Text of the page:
Ashdown Tone Pocket

(Image credit: Ashdown)

Performance and verdict

Bassists wedded to their DI boxes would do well to consider the Ant. It offers a little more versatility than your common or garden DI box. The Ant's input has a -10dB front-end pad to house-train basses with super-high outputs. 

While the three-band EQ offers a very respectable level of control over your tone, the Shape switch is a very welcome addition, allowing you to alternate between a flat tone profile and one with more slap-friendly scooped mid-tones.

The EQ is on the conventional side, and that's no bad thing. The bass frequency is set at 100hz, midrange is 660hz and treble is 7khz, and you have 15dB of cut or boost either way. 

Also consider...

ELF

(Image credit: Future)

Trace Elliot Elf
A fine amp and a no-brainer. You could even use it as an emergency backup for your gig bag.

Vox VGH headphones amp
Featuring closed-air dynamic designs from Audio-Technica, with rotating ear pads for easy storage, the Vox Bass headphones amp has some onboard compression to sweeten the deal.

While the enclosure feels road-worthy, we would be a little wary with the controls over time. It is understandable that Ashdown wants to keep the weight and size down as much as possible, but the addition of a kick-bar might give us a little reassurance. Also, a more prominent switch – a footswitch! – for the mute function would really make a difference.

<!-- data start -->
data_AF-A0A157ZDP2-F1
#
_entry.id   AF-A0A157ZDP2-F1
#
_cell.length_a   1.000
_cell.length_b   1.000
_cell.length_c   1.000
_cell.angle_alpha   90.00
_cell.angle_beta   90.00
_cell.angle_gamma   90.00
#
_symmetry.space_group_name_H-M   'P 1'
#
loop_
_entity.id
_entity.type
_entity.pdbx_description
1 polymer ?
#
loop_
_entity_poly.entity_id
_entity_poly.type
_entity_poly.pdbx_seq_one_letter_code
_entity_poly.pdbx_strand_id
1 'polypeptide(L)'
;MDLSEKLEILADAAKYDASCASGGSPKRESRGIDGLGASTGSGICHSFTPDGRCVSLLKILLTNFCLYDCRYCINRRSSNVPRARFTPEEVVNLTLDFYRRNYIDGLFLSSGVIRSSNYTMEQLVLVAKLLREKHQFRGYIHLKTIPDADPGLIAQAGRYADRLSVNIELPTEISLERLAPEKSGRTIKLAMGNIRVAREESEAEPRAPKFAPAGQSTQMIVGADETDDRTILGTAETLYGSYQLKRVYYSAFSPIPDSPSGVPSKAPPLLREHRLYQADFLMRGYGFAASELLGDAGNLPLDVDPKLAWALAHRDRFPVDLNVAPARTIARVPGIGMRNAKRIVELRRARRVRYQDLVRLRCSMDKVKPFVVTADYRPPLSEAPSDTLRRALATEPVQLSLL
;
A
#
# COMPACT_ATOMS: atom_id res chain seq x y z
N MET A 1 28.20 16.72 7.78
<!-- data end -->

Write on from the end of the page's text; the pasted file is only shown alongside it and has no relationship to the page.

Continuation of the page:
But these are quibbles. With almost 200-watt of power, DI out and a fit-for-purpose EQ, the Ant does a lot of heavy lifting.

As for the Tone Pocket, there's an impressive amount of tone-shaping. Though, for a headphones amp, we would like to have seen some onboard effects – the wonders of digital processing tech would make this achievable.

The Tone Pocket is easy to charge. Plug it into the mains via the 10V power supply or use USB. For the price, it makes a good practice tool, but an excellent buy all round once you consider its function as an audio interface.

MusicRadar verdict: Two very attractive options for the bassist on the move, Ashdown's Ant is as portable as bass amps come, while the Tone Pocket's double life as an audio interface and headphones amp make it a very attractive practice and recording tool.

Hands-on demos

Ashdown

Andertons

Bass the World

Specifications

  • TONE POCKET
  • PRICE: £139 / $219 (black) , £149 (white), £169 / (w/Bluetooth)
  • MADE IN: China
  • OUTPUT: Line Out, Headphone Out, USB and DAW
  • FEATURES: Three-band EQ, DAW connection (zero latency, 48K / 44.1KHz sampling rate), Soft Mute function, high-performance 16-bit audio DAC, compatible with multiple platforms, 10v power supply or USB power, five-year warranty
  • WEIGHT: 272g / 0.6 lbs
  • THE ANT
  • PRICE: £299 / $419
  • MADE IN: China
  • POWER OUTPUT: 4 Ohms: 196 watts RMS / 8 Ohms: 140 watts RMS
  • FEATURES: Three-band EQ, Preshape, Mute, headphone out, lightweight Class D power amp, balanced XLR DI, five-year warranty
  • WEIGHT: 915g / 2.1 lbs
  • CONTACT: Ashdown